31 January 2013: Euro/USD steady as FED sticks to stimulus


The US-Federal Reserve (FED) will continue its aggressive monetary easing stance. In the minutes from yesterday’s meeting FED pledged to stick to its ambitious 6,5% unemployment and 2% inflation targets as the US Gross Domestic Product (GDP) dropped by 0,1% in fourth quarter of 2012. The negative GDP number was somewhat of a cold shower for markets which dropped substantially both in the US, Europe and this morning in Asia. Asian markets fell off a 17 months high.

FED’s statement and the GDP numbers had little impact on the currency markets. Euro/USD reached 1.3588 upon FED’s announcement and keeps steady at 1.3569. Yen gained some ground trading at 90,80 yen against USD. Oil prices are up. Brent crude trades at USD 115 a barrel. Gold and silver prices regained ground and reached the highs for 2013 seen last week. Swedish and Norwegian krones trade at levels not seen against the dollar since before the financial crisis in the autumn of 2008.

The cautious FED statement which pledged to continue a monthly USD 85 billion bond-buying stimulus plan to encourage employment came few hours after the news that the US economy unexpectedly contracted in the fourth quarter. The weakness was mainly due to a plunge in defence spending, suggesting that the underlying fundamentals were better than the headline figures indicated.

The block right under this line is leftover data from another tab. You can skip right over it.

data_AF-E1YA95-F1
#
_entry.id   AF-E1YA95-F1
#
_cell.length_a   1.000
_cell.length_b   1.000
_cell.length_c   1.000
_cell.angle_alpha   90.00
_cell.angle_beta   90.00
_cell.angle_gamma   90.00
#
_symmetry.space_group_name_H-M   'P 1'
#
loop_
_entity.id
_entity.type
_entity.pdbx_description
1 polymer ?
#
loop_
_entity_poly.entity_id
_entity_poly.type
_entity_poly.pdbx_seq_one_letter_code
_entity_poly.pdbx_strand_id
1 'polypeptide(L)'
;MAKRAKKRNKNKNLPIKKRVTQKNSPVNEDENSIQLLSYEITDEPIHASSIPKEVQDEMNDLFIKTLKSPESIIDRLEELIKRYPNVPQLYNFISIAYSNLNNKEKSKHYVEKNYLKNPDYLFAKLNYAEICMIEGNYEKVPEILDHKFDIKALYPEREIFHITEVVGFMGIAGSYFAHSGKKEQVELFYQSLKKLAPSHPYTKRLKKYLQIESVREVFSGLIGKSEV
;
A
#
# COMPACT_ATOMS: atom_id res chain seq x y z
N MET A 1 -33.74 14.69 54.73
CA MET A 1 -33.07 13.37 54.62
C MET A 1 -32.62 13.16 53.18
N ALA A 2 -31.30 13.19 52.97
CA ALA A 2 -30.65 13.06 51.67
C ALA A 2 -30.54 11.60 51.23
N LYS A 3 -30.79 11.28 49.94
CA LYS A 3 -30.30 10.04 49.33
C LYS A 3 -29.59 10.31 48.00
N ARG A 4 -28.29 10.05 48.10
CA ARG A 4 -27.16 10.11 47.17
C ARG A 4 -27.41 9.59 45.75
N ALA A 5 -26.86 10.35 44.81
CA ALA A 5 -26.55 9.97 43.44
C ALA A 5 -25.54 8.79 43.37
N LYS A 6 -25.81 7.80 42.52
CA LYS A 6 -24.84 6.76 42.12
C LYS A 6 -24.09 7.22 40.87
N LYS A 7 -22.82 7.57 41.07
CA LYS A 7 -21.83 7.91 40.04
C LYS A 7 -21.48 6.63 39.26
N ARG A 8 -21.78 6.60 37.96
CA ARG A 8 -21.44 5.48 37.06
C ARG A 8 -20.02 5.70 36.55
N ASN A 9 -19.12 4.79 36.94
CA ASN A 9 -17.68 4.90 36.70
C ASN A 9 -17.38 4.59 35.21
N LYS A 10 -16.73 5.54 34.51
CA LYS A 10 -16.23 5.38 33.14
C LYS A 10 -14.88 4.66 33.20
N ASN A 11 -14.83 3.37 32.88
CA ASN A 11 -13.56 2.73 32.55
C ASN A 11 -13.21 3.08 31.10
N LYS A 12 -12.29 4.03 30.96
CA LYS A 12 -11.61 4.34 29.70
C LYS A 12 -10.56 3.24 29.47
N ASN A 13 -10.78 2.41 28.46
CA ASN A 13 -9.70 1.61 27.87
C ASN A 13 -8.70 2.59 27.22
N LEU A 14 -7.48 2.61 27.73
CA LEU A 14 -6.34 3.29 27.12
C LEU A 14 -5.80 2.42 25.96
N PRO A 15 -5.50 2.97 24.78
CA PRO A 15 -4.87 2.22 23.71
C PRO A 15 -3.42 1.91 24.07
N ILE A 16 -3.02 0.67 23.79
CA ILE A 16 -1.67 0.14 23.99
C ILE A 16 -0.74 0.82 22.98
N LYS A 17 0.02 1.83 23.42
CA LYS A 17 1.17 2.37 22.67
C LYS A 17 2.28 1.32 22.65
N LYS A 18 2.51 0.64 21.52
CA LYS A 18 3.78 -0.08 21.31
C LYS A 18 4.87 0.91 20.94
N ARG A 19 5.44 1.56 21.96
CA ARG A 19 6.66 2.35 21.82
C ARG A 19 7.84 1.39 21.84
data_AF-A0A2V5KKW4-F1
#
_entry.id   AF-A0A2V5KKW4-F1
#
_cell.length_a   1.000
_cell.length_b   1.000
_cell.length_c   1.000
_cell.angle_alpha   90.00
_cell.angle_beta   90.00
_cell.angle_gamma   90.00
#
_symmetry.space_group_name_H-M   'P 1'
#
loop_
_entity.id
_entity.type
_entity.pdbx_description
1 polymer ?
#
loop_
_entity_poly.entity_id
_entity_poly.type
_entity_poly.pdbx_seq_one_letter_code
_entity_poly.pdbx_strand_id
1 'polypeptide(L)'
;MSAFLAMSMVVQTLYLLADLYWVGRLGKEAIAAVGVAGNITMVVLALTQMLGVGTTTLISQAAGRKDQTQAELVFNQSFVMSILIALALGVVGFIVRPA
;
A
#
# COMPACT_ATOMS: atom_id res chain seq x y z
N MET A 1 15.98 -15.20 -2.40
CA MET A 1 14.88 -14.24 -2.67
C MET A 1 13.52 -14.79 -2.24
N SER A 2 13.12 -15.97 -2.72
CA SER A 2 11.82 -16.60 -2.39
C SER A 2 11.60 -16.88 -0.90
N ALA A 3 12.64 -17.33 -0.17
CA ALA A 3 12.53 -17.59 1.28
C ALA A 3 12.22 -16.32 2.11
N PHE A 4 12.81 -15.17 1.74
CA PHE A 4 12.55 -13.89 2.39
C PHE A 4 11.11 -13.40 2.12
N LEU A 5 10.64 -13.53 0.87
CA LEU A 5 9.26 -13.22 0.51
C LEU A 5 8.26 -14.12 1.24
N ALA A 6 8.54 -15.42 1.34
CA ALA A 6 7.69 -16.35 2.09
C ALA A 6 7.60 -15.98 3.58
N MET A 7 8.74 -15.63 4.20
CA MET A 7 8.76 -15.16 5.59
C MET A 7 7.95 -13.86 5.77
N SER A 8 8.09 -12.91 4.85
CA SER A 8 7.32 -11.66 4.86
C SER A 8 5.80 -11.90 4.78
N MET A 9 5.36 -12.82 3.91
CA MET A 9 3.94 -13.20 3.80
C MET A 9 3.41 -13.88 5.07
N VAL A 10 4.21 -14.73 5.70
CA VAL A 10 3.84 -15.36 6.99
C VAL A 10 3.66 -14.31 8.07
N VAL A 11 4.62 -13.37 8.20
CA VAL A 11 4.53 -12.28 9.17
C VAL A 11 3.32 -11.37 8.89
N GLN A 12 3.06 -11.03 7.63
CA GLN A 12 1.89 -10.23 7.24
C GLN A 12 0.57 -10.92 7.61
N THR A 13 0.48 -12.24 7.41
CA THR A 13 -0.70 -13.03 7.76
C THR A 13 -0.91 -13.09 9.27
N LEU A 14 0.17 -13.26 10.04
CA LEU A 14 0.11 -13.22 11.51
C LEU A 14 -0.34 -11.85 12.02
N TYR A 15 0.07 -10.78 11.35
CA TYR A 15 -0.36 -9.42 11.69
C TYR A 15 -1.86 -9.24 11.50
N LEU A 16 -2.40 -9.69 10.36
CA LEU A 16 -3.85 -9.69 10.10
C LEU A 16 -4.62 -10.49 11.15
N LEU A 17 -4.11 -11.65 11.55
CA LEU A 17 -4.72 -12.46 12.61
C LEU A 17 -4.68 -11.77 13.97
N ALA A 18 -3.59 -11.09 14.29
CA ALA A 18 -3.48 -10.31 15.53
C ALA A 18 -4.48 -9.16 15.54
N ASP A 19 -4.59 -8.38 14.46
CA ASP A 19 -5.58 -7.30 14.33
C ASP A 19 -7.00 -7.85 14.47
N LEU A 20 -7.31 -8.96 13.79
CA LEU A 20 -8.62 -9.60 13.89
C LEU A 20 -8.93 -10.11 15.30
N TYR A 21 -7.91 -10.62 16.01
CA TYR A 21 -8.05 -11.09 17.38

European data showed an improved economic sentiment for a third straight month along with news that 100 billion Euros of private funds flowed back into the Eurozone periphery late last year. These capital flows have strengthened the Euro which broke through the 1,35 technical resistance level yesterday. 1,37 – 1,38 seems a reasonable short term target for the Euro/USD. Recent capital flows shall, however, not be read as an end of the Euro crisis. Economic fundamentals are still very weak with 25% unemployment levels in the European periphery threatening the delicate social balance. It is a question for how long the strong Euro policy will continue. Major international banks see a Euro/USD at 1,25 during the second half of 2013. 

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